Once again I attempted to go out and photograph Mountain Hares. I think the mild weather has resulted in them staying on the highest peaks. However on my drive out to the moors I'm managed to photograph something even better a lovely Stoat Mustela erminea. Like the Mountain Hare, Stoats can turn white in winter surposebly triggered by day length, this one had a little white on the muzzle. Mustelids are among my favourite group of mammals, with the smaller weasel the only other representative in my area, the other species having being wiped out by persecution years ago. After this I walked up to a rocky area of moorland edge, there were plenty of Red Grouse around and eventually I saw a Mountain Hare Lepidis timidus, unfortunately I flushed it and only got a blurred shot of it running off, however it too wasn't white but had the bluish colour of summer which is probably a better strategy in the generally snow free Peak District winters.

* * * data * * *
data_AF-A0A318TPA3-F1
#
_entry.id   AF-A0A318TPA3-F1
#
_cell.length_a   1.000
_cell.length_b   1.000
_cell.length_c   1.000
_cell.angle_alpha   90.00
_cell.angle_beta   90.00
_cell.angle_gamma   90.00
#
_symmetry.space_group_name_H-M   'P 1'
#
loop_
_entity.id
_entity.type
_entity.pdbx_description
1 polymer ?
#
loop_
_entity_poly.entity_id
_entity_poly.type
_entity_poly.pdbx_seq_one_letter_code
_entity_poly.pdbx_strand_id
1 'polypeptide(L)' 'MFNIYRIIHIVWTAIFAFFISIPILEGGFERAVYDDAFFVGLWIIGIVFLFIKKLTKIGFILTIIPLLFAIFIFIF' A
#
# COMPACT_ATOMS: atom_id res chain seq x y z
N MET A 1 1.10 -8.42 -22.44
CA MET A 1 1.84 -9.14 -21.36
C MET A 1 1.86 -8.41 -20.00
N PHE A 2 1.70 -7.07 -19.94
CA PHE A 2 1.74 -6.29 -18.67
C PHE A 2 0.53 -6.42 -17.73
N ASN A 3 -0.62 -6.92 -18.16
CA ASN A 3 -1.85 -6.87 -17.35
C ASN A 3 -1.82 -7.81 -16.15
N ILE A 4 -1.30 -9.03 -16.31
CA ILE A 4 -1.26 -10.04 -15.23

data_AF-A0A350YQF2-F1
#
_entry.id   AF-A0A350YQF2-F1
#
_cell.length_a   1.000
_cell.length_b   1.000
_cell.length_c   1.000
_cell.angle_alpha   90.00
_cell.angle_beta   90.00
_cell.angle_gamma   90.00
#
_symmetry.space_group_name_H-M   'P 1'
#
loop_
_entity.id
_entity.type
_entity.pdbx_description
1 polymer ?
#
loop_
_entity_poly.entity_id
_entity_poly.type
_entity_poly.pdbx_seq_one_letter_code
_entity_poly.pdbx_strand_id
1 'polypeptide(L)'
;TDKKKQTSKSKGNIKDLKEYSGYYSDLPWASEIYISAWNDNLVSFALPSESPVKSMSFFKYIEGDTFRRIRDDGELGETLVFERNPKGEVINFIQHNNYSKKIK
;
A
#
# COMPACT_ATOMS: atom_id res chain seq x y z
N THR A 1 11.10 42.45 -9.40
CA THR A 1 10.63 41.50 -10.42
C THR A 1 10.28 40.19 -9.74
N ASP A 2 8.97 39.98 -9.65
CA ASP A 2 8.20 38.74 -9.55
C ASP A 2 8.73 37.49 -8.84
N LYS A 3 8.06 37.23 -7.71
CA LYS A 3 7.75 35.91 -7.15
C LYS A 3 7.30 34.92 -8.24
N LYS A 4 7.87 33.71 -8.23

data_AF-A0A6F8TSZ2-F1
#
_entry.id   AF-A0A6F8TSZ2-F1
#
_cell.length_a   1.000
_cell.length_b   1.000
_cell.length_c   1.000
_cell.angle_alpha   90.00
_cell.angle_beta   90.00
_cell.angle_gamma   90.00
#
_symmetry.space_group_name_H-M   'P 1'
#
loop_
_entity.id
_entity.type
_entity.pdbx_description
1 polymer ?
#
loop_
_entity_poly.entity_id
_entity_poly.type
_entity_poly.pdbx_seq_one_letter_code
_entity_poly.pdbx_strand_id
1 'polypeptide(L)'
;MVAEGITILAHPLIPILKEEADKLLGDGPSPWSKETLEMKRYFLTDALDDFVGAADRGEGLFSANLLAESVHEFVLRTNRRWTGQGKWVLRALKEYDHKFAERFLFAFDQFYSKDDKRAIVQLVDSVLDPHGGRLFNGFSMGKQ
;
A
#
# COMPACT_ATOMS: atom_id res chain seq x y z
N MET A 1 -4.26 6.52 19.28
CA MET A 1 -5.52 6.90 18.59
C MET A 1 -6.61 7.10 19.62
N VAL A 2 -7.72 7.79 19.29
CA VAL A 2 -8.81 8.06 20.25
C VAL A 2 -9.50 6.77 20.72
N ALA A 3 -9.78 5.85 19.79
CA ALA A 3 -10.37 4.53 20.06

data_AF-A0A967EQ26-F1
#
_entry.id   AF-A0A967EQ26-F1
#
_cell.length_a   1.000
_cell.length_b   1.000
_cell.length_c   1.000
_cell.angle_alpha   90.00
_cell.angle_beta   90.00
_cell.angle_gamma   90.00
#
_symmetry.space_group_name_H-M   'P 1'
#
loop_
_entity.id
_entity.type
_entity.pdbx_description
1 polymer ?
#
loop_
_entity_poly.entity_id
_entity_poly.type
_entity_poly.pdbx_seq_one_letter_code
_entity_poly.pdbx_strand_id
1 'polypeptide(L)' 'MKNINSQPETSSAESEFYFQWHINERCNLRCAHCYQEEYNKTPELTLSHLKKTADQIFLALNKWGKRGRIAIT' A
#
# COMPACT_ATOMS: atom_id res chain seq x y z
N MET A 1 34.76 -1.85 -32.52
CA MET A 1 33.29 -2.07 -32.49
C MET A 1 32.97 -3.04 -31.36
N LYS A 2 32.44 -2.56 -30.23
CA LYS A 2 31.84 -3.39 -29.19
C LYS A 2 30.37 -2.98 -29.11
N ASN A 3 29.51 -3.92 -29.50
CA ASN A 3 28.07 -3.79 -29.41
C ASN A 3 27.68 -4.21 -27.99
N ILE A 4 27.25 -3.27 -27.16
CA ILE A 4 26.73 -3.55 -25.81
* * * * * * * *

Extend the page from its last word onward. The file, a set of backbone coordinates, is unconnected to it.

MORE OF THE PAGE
Beggars can't be choosers and for a herpetologist in Northern England in winter that means looking at different wildlife. I've been trying to photograph Mountain Hares (without success) in fact i've only seen 2 road casualties, but i did take some distant shots of the bigger Brown HareLepus europaeus this week. I have also been doing a bit of birding. Having seen Black Wheatear in Spain, Black Eared Wheatear in Corfu and Northern Wheatear in the UK I decided I would make it 4 for the year and went to see the Desert WheatearOenanthe deserti at Bempton, East Yorks and what a cracking little bird it was. Just as nice were 2 pairs of StonechatSaxicolatorquata up on my local moors whilst looking for Hares. My local park has also been good for Goosanders which i'm sure will be decimating the fish population but they have made good photographic subjects more frustrating was a Great Northern DiverGavia immer. On boxing day I went to see a Marsh HarrierCircus aeruginosus roost with fellow herpetologist Matt Wilson and we were treated to about 20 of these majestic raptors along with a superb male Hen HarrierCircus cyaneus, plus a female and a Barn OwlTyto alba.